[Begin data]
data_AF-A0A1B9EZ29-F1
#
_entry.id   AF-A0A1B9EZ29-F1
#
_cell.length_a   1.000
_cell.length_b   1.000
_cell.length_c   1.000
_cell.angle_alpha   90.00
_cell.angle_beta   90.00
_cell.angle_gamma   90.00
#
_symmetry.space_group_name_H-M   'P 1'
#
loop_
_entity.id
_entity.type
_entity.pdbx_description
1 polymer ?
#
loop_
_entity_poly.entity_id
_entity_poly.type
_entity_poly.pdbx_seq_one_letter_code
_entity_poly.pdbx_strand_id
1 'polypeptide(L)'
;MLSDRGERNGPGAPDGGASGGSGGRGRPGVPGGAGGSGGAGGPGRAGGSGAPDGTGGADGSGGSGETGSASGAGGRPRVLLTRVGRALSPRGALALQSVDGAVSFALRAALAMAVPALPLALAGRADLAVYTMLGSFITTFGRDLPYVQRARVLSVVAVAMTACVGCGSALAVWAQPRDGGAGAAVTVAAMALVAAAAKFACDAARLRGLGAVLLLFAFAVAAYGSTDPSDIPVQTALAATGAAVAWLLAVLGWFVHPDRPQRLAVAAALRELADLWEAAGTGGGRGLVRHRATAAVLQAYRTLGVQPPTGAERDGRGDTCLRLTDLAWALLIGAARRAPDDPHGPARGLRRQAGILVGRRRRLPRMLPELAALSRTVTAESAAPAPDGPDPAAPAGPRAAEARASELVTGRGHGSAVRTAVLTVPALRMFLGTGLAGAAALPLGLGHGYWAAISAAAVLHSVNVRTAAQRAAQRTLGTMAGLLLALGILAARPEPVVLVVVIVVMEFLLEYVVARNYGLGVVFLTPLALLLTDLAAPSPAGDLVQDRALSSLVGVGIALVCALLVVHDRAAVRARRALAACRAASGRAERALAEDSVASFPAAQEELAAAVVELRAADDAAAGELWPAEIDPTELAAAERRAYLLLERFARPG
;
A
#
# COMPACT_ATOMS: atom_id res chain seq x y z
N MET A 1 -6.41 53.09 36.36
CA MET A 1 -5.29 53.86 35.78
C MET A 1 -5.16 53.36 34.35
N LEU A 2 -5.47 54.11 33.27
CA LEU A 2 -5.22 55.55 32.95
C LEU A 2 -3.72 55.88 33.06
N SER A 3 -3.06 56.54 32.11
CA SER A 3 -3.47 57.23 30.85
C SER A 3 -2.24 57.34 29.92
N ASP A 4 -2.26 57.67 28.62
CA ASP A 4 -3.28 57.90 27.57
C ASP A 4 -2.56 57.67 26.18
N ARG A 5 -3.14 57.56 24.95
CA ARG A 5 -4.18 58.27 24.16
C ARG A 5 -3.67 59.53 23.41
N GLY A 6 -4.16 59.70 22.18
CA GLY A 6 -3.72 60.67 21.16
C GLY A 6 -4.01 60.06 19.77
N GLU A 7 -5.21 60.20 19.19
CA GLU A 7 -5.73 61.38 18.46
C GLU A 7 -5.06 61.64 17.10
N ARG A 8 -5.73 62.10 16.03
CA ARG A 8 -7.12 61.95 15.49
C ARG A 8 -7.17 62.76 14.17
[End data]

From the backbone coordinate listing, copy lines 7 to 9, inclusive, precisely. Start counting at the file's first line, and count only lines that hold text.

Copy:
_cell.length_c   1.000
_cell.angle_alpha   90.00
_cell.angle_beta   90.00